8. The Tathāgata recollects his manifold past lives, that is, one birth, two births, three births, four births, five births, 10 births, 20 births, 30 births, 40 births, 50 births, 100 births, 1,000 births, 100,000 births, many aeons of world-contraction, many aeons of world-expansion, many aeons of world-contraction and -expansion: “There I was so named, of such a clan, with such an appearance, such was my nutriment, such my experience of pleasure and pain, such my life-term; and passing away from there, I reappeared elsewhere; and there too I was so named, of such a clan, with such an appearance, such was my nutriment, such my experience of pleasure and pain, such my life-term; and passing away from there, I reappeared here.” Thus with their aspects and particulars he recollects his manifold past lives. This is the knowledge of death and rebirth (cyutyupapāda-jñānabala). The Buddha has realized, as they really were, how his past lives were spent; not only one or two lives but a recollection of an infinite number of past lives.

9. “Again, with the divine eye, which is purified and surpasses the conventional human eye, the Tathāgata sees beings passing away and reappearing, as inferior and superior, fair     and ugly, fortunate and unfortunate, and he understands how beings pass on according to their actions.” This is the knowledge of death and rebirth (cyutyupapāda-jñānabala). The Buddha has exactly realized the way that beings pass away and reappear according to their kamma, and he has realized how those who collect demerits go to lower worlds, and     how those who collect merits go to heavenly worlds.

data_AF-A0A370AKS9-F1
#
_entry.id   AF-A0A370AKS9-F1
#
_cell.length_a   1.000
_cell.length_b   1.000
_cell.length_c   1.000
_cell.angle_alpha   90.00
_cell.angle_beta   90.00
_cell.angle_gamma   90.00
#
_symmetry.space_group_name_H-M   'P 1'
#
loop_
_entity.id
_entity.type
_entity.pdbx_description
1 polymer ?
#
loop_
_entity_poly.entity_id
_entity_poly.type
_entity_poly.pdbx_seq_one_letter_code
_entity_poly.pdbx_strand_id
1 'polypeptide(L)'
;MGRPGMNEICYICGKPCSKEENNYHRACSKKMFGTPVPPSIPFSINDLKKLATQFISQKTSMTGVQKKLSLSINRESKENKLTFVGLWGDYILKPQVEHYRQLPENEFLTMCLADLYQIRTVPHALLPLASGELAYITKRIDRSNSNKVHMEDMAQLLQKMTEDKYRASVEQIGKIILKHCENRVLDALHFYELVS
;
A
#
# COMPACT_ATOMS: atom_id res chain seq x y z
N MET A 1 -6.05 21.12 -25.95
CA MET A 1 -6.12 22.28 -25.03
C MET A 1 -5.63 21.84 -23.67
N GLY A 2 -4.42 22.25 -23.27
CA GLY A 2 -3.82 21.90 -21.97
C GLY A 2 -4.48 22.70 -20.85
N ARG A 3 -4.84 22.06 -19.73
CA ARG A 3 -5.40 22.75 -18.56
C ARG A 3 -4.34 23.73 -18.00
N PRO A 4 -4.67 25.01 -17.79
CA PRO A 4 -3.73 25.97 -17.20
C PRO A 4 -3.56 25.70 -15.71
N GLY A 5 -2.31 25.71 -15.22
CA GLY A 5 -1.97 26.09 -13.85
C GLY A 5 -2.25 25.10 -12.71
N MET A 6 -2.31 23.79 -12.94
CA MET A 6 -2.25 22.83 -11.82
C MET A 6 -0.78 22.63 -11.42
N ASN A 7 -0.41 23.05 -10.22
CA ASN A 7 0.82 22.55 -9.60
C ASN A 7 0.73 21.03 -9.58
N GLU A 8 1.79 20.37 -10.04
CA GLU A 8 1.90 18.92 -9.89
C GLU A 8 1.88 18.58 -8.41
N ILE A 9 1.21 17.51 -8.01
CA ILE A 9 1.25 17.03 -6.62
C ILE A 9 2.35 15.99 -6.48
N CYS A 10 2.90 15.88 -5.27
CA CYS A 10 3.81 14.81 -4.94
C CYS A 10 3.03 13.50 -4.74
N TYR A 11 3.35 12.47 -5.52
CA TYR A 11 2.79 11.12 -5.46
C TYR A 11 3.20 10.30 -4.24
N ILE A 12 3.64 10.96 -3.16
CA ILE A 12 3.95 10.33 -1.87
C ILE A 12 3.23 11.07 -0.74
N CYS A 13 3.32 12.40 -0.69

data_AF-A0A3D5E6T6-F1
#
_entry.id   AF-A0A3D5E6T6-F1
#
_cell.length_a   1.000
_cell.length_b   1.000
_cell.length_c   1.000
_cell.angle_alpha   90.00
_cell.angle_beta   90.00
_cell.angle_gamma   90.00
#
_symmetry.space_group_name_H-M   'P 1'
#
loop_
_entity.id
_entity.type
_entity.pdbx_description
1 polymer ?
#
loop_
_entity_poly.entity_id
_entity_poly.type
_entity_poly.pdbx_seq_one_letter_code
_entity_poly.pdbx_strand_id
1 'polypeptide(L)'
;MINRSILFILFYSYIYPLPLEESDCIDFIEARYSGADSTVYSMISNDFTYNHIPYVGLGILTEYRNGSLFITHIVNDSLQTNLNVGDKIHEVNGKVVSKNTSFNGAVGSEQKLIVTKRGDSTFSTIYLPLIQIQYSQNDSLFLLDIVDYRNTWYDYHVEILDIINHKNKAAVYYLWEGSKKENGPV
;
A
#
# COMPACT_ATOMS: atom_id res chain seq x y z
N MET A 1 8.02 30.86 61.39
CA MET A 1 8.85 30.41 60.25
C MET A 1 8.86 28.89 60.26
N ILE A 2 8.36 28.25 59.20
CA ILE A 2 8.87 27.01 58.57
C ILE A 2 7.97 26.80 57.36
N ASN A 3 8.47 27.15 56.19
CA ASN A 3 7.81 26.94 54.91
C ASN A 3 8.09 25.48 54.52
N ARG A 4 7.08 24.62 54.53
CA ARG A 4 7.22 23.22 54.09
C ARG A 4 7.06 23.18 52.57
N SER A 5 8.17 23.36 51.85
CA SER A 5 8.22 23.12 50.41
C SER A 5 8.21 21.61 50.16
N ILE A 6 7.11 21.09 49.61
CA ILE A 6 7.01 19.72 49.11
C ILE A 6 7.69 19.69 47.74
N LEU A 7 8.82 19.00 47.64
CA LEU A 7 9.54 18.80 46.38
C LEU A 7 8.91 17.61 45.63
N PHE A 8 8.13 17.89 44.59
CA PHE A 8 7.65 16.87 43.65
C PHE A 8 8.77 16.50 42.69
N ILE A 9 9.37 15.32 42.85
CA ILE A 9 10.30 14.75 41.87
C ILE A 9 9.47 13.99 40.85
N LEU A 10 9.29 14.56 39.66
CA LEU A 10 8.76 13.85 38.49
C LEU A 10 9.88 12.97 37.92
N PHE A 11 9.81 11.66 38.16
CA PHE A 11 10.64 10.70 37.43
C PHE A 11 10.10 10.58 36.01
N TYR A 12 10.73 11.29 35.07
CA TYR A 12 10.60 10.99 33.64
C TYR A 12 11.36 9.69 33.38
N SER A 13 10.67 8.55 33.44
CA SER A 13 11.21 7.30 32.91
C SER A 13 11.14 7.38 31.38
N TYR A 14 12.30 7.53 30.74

10. Again, by realizing it for himself, with direct knowledge, the Tathāgata, in the here and now, how one enters upon and abides in deliverance of mind and deliverance by wisdom,     which are taintless, through the destruction of the taints. This is the knowledge of death and rebirth (cyutyupapāda-jñānabala). The Buddha has realized and understood through his efforts and through his great wisdom, how one may eradicate all the defilements and thereby attain arahantship.

The manner in which the Tathāgata was able to fearlessly declare the workings of these supreme 10 powers to Sāriputta, to devas, humans, maras, and Brahmas, was and is a great blessing for those monks and devotees who were capable of comprehending the words of the Buddha, and even those of us in the present day who strive to continue on the path, who may be blessed to experience sublime states of both wonderment and gratitude.

If the Tathāgata Buddha had not explained to Sāriputta about these 10 qualities of mind, as recorded later in the texts, we would not have been afforded this kind of insight into the supreme powers that the Tathāgata developed and exercised in his lifetime and generously shared for the welfare of many.

* Dhammachakka (Pali, Wheel of Dharma; Skt: Dharmachakra)

See more

10 powers of a Tathagata (Dhamma Wiki)
Maha Prajnaparamita Sastra: Chapter XXXIX – The Ten Powers of the Buddha according to the Abhidharma (Wisdom Library)
The Buddha with Ten Extraordinary Powers (Mahamevnawa)
Ten Powers (Nichiren Library)